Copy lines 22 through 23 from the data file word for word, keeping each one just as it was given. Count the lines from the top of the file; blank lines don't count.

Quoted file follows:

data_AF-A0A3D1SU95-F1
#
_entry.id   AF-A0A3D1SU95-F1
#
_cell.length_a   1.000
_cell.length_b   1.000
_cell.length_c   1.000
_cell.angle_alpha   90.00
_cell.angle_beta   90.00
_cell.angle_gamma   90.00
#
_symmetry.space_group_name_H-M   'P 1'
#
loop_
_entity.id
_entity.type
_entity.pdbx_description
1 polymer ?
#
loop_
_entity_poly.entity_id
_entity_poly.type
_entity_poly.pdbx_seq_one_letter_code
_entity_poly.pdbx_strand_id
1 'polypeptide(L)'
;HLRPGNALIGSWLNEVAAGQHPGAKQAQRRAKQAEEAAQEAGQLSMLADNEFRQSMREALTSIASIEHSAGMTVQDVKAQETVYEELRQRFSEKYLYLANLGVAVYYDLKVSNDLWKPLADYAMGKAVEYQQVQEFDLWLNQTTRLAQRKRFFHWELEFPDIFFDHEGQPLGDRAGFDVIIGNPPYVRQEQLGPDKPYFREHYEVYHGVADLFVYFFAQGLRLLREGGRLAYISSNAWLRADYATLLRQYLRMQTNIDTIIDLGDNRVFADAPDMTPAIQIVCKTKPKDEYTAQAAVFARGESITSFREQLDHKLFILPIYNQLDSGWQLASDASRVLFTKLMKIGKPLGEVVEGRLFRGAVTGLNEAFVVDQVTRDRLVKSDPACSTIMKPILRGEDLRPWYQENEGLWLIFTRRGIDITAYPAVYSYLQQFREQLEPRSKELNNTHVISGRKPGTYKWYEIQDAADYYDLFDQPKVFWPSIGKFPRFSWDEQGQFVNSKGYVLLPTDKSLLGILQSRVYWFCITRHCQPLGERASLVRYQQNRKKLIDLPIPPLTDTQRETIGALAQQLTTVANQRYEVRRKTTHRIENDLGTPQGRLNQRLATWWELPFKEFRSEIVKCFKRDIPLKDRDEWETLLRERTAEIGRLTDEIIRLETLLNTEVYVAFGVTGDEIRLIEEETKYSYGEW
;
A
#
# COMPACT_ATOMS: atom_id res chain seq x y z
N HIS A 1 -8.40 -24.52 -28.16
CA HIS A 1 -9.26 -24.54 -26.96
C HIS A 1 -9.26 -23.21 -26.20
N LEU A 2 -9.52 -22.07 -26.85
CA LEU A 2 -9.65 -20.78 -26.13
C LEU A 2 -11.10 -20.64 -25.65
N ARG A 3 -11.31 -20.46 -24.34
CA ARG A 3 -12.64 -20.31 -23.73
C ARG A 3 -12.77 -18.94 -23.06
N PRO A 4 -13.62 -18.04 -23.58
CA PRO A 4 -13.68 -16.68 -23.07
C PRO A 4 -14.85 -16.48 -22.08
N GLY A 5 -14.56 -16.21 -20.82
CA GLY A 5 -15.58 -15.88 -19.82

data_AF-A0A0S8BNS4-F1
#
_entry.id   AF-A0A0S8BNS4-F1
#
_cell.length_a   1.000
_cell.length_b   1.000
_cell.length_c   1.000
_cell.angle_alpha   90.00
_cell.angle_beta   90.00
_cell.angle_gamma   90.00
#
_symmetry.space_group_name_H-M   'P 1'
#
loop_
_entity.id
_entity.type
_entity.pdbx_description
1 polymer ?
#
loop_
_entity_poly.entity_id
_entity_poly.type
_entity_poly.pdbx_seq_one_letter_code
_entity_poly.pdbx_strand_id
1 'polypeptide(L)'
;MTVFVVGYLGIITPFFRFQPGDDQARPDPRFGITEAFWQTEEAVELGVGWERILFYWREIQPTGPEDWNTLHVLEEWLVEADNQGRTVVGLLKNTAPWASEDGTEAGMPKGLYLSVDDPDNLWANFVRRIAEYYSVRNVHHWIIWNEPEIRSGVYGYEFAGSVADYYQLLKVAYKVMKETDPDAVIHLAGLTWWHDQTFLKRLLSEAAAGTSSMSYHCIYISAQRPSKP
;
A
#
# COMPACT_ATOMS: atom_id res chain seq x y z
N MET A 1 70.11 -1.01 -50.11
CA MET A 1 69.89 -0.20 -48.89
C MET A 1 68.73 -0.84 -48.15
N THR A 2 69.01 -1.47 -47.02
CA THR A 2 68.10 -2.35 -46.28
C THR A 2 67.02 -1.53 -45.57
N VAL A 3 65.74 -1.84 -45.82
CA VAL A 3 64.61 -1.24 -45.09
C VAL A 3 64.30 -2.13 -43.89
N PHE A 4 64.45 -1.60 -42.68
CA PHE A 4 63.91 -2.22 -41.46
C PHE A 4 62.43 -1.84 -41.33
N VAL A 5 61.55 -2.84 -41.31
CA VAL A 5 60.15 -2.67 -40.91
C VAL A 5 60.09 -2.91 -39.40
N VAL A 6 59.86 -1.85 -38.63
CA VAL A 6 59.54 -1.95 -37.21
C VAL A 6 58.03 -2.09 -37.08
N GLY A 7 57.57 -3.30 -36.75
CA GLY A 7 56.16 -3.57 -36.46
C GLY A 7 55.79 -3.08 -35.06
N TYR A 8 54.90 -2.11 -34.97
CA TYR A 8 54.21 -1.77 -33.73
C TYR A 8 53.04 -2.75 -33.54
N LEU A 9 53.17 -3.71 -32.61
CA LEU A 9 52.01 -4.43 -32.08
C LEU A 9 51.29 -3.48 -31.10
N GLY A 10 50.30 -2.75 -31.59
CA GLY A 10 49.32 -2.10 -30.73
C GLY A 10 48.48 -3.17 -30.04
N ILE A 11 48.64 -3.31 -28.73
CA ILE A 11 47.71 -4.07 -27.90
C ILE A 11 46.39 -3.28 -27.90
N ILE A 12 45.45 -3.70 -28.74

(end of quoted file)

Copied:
_entity_poly.type
_entity_poly.pdbx_seq_one_letter_code